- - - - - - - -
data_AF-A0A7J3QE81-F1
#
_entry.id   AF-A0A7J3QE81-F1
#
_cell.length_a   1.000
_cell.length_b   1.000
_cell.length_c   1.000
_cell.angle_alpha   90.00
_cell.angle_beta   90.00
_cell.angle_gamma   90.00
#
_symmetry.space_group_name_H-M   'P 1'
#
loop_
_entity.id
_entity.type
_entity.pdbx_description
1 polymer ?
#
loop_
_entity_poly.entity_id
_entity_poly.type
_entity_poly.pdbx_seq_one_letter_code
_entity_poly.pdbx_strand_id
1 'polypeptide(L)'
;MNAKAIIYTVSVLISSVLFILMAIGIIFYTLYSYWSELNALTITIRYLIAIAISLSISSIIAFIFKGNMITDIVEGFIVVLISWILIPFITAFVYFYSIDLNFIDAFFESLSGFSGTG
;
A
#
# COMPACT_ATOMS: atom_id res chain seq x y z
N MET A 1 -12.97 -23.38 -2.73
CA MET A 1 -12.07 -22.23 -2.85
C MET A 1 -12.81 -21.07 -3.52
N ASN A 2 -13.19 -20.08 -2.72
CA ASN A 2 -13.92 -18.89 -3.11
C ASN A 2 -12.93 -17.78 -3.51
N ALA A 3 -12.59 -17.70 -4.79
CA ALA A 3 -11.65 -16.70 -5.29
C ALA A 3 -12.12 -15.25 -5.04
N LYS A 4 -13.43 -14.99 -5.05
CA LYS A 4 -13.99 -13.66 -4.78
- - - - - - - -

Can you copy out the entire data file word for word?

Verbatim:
data_AF-A0A7J3QE81-F1
#
_entry.id   AF-A0A7J3QE81-F1
#
_cell.length_a   1.000
_cell.length_b   1.000
_cell.length_c   1.000
_cell.angle_alpha   90.00
_cell.angle_beta   90.00
_cell.angle_gamma   90.00
#
_symmetry.space_group_name_H-M   'P 1'
#
loop_
_entity.id
_entity.type
_entity.pdbx_description
1 polymer ?
#
loop_
_entity_poly.entity_id
_entity_poly.type
_entity_poly.pdbx_seq_one_letter_code
_entity_poly.pdbx_strand_id
1 'polypeptide(L)'
;MNAKAIIYTVSVLISSVLFILMAIGIIFYTLYSYWSELNALTITIRYLIAIAISLSISSIIAFIFKGNMITDIVEGFIVVLISWILIPFITAFVYFYSIDLNFIDAFFESLSGFSGTG
;
A
#
# COMPACT_ATOMS: atom_id res chain seq x y z
N MET A 1 -12.97 -23.38 -2.73
CA MET A 1 -12.07 -22.23 -2.85
C MET A 1 -12.81 -21.07 -3.52
N ASN A 2 -13.19 -20.08 -2.72
CA ASN A 2 -13.92 -18.89 -3.11
C ASN A 2 -12.93 -17.78 -3.51
N ALA A 3 -12.59 -17.70 -4.79
CA ALA A 3 -11.65 -16.70 -5.29
C ALA A 3 -12.12 -15.25 -5.04
N LYS A 4 -13.43 -14.99 -5.05
CA LYS A 4 -13.99 -13.66 -4.78